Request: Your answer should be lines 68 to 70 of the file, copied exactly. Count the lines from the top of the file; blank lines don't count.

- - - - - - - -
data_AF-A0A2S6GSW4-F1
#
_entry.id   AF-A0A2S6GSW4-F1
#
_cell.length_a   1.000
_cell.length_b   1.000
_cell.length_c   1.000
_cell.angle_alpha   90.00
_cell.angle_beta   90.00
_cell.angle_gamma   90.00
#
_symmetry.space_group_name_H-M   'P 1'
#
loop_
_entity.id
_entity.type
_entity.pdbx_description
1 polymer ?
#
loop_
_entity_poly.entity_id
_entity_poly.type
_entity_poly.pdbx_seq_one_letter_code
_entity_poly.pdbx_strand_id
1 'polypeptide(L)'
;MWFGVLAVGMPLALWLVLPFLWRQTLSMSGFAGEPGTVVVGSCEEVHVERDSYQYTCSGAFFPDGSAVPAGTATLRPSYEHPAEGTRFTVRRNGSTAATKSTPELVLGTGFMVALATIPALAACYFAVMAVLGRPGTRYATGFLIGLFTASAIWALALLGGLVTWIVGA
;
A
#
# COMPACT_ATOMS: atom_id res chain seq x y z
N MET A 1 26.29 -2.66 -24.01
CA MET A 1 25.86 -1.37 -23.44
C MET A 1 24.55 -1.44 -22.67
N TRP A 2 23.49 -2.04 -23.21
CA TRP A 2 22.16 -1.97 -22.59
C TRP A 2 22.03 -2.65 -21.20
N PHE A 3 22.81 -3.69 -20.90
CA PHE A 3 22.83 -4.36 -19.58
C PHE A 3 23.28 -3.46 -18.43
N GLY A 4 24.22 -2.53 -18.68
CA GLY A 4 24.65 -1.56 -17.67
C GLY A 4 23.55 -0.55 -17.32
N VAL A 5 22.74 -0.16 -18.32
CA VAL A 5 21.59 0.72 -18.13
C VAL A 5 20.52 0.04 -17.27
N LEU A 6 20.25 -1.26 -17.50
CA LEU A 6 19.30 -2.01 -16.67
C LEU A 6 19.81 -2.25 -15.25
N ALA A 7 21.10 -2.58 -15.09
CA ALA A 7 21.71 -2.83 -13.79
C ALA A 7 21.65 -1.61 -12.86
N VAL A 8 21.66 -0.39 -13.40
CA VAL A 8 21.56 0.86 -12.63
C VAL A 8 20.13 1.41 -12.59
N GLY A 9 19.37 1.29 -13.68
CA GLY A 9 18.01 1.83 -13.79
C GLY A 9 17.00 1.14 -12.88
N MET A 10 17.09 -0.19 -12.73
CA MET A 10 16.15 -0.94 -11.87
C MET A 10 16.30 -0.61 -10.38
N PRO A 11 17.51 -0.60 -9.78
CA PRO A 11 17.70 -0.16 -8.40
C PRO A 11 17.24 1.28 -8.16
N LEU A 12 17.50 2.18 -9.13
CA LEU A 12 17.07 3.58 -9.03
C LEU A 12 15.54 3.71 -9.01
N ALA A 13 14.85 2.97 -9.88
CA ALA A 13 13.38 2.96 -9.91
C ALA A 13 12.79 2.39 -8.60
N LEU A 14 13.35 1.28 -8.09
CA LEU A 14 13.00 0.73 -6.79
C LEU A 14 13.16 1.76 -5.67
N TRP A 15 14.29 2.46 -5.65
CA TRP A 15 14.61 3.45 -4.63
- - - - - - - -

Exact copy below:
CA ALA A 13 13.38 2.96 -9.91
C ALA A 13 12.79 2.39 -8.60
N LEU A 14 13.35 1.28 -8.09